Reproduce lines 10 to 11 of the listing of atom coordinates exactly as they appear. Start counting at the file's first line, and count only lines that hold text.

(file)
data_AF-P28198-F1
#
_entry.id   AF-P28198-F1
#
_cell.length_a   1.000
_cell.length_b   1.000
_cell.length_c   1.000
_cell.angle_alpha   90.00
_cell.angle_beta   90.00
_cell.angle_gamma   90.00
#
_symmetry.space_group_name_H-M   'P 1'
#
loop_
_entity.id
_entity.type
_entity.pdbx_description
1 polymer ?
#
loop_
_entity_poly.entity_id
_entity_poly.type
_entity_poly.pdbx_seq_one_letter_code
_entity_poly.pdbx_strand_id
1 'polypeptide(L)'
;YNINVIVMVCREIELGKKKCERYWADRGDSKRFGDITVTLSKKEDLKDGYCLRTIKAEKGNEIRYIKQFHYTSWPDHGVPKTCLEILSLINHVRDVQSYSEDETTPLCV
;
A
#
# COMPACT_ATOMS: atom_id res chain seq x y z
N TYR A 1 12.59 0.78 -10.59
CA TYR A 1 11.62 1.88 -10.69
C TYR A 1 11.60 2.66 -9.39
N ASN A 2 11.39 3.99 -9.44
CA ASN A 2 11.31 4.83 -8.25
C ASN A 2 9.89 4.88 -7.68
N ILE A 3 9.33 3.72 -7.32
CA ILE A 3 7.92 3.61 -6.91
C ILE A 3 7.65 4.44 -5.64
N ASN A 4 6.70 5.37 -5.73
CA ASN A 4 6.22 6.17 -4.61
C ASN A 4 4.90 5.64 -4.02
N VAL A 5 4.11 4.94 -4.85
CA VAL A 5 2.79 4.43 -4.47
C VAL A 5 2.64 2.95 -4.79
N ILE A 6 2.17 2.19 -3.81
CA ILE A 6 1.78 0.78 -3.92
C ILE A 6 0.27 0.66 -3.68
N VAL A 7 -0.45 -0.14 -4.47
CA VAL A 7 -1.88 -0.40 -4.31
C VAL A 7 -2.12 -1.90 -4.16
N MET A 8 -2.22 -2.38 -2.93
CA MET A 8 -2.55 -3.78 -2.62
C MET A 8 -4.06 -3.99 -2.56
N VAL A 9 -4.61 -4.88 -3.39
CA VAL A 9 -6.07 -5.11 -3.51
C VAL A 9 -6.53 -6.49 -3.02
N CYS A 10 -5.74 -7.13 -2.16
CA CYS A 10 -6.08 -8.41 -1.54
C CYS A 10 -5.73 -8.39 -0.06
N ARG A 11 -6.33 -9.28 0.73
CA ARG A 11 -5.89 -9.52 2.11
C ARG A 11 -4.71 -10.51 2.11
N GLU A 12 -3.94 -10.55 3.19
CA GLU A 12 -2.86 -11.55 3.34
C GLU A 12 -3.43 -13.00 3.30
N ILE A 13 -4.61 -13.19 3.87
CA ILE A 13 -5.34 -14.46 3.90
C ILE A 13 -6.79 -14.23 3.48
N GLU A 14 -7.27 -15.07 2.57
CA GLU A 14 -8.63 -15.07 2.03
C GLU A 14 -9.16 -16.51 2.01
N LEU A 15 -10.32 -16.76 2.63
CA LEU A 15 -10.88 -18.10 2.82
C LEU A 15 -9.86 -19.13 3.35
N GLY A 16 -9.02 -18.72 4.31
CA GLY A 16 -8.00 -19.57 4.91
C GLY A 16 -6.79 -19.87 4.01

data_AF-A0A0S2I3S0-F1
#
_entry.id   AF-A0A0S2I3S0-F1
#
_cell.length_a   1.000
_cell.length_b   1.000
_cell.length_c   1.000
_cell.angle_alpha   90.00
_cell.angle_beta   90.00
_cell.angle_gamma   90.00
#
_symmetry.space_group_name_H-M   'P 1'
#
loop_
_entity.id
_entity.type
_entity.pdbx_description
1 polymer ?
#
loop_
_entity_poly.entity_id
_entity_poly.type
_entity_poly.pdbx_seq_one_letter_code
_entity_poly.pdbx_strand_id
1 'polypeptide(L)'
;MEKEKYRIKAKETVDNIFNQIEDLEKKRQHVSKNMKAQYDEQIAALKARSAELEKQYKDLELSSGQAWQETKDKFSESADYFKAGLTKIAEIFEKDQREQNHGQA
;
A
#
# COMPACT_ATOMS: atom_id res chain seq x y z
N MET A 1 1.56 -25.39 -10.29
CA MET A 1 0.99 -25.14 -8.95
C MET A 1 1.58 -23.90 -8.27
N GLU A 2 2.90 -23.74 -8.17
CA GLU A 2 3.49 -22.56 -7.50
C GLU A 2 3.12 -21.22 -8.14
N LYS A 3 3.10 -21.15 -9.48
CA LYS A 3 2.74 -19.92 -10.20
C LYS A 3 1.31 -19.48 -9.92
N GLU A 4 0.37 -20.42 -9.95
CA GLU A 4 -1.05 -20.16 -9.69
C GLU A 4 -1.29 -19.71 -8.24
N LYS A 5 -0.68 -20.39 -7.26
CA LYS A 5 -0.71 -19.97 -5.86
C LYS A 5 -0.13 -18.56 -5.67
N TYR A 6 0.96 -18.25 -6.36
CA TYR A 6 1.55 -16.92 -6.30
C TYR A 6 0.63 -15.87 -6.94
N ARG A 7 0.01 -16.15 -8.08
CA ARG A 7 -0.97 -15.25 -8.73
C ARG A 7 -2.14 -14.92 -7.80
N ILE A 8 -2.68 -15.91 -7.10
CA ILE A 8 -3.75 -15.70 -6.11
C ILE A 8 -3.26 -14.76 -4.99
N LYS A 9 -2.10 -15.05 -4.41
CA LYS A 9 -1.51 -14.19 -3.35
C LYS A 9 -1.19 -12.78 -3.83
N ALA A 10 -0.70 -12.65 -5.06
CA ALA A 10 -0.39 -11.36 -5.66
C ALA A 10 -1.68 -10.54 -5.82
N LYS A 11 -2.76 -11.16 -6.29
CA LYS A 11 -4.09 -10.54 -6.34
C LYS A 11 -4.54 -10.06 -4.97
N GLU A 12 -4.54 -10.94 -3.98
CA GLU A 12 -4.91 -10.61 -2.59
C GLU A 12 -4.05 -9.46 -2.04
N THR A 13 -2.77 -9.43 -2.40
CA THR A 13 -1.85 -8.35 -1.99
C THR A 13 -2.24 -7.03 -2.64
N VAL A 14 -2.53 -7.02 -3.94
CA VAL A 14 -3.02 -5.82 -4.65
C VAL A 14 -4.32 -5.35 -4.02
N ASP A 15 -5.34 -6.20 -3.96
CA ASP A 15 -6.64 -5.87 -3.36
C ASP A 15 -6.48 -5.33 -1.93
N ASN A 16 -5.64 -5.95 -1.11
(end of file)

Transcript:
_cell.angle_gamma   90.00
#